Electrical outlets form a major part of our everyday lives. You can find them in every room of your home. Lamps, phone charges, laptop cables, and power outlets all need to plugged into these outlets. Unfortunately, standard electrical outlets were not designed with children’s safety in mind, thus necessitating the need for childproofing – until now. Tamper-resistant receptacles are designed with your children’s safety in mind. Continue reading to learn more about these receptacles.
What are Tamper-Resistant Receptacles?
Tamper-resistant receptacles have spring-loaded shutters that block access to the contacts unless a 2 prong plug is inserted, helping ensure your child cannot insert an object, such as a hairpin, key, etc. The national electric code now mandates the use of tamper-resistant receptacles, so if your home was built in or after 2014, you may be in luck. There is no guarantee, however, that these were installed so it’s always best to make sure that all outlets are tamper proof.
Why Require Tamper-Resistant Receptacles?
The dangers of objects being inserted into electric outlets is very real. In fact, the National Fire Protection Association reports that each year, approximately 2,400 children are injured when they stick items into the slots of standard outlets (those that are not tamper-resistant). If your outlets are not tamper-proof, you have several options, including electrical outlet caps and sliding plate covers. If you’re open to making some modifications, consider replacing the outlets entirely.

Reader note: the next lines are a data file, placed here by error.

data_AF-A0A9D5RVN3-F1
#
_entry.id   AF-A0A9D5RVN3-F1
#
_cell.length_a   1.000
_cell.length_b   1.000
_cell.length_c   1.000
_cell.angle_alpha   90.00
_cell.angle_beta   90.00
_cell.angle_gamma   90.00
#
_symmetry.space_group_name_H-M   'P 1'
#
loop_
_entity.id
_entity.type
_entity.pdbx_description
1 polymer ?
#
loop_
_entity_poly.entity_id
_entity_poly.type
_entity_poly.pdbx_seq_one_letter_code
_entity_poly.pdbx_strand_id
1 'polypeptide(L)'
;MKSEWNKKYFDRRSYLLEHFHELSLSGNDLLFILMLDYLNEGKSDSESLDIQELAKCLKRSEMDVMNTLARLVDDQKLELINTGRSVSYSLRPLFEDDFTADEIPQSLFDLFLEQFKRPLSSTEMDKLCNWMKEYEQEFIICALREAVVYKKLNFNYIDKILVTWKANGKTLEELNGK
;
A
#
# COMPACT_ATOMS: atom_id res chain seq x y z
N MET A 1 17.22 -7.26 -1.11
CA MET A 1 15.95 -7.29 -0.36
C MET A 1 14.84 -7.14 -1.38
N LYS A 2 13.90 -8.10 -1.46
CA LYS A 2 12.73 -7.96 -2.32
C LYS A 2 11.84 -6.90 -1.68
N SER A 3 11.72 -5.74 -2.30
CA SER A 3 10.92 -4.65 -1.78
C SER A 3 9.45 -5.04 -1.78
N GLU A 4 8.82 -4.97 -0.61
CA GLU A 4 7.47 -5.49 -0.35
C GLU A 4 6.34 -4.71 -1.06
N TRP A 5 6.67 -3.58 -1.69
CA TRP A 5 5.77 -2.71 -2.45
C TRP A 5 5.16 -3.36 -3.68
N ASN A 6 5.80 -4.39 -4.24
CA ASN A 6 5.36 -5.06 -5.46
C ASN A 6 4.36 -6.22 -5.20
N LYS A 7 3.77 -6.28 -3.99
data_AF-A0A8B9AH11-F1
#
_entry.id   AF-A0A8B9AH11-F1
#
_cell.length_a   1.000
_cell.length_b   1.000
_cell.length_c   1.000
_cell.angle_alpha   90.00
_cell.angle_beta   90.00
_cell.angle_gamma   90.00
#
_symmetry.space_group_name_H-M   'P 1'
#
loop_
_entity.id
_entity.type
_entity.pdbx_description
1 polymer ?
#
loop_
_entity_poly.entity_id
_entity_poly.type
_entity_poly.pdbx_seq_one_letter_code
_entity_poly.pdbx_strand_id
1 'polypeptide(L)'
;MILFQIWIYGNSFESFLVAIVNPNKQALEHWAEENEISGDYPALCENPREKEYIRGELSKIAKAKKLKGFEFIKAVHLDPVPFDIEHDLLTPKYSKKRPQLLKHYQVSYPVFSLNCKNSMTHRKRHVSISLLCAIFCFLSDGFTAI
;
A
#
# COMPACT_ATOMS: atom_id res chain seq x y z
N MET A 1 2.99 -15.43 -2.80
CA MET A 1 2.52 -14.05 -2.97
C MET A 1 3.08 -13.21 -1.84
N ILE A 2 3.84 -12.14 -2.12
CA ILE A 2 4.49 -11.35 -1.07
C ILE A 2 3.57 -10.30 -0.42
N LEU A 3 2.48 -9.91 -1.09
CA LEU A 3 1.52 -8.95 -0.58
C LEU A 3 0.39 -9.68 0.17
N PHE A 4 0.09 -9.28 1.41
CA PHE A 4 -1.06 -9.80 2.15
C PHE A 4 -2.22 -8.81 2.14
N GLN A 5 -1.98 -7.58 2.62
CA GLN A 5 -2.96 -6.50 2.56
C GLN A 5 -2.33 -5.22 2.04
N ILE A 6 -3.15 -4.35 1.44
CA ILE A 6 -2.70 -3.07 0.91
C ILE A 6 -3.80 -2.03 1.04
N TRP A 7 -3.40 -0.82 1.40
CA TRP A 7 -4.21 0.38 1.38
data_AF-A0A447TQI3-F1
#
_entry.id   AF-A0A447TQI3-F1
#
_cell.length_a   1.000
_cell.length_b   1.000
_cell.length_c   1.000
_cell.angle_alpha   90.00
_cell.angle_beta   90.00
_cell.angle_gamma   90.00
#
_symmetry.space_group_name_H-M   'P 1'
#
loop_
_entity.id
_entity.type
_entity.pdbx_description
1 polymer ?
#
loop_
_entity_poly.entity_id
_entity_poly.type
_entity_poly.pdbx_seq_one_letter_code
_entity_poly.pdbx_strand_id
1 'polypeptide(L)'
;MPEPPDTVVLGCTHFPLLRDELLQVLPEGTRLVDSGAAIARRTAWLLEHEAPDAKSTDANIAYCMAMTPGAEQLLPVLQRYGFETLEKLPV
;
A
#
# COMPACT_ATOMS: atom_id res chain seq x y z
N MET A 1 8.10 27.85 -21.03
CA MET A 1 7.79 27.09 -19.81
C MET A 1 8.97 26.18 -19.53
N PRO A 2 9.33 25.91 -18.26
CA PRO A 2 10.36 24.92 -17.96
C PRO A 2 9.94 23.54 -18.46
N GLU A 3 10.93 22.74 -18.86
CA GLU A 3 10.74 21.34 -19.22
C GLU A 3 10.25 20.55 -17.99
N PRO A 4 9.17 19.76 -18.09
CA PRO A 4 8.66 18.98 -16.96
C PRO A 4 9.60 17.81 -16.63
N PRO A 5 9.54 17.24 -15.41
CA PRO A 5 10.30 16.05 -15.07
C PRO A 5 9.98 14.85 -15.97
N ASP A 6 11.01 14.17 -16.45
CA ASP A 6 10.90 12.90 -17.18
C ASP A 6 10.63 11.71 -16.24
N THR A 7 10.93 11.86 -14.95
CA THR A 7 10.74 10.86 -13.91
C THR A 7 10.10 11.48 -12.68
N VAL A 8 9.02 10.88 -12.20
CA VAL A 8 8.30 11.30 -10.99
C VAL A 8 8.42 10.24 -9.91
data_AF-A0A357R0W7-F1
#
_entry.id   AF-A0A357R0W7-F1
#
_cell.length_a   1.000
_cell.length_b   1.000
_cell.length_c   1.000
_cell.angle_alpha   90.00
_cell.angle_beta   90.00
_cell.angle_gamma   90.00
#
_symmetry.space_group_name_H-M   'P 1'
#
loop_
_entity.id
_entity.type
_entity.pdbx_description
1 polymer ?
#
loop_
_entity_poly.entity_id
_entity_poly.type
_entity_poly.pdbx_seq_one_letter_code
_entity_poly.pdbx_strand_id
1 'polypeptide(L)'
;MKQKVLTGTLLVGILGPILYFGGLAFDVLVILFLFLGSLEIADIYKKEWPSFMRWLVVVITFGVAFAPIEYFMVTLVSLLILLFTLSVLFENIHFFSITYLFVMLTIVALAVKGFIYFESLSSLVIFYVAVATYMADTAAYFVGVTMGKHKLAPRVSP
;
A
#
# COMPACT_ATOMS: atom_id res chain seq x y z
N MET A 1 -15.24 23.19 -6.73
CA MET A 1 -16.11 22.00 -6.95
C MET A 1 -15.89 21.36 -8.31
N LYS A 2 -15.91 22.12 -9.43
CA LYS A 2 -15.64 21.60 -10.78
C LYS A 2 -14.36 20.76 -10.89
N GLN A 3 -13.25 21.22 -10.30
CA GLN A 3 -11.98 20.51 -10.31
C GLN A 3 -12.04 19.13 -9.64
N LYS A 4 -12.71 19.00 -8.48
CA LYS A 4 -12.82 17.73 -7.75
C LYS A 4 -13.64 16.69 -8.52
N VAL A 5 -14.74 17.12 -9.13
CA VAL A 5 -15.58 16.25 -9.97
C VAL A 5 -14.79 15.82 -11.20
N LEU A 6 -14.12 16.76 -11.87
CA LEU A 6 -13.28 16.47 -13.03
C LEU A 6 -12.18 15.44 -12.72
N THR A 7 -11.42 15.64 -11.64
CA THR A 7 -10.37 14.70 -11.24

Childproofing Occupied Outlets
Tamper-resistant receptacles, outlet covers and sliding plate covers can keep children safe when nothing is plugged in, but what about when you’re using the outlet? Tugging on a cord presents its own share of problems! Some outlet covers are designed to stop little fingers from tugging on cords. These covers feature a box that encloses the entire outlet plate while allowing room for a plug. Cords feed through holes in one side, letting you keep electronics plugged in without making the outlet vulnerable. Similar covers exist for power strips.
Contact a Local, Licensed Electrician
To make sure all your bases are covered, consider contacting a local, licensed electrician to conduct a full safety electrical inspection of your home. If you have a new home, they can inform you as to whether or not your outlets are tamper-resistant.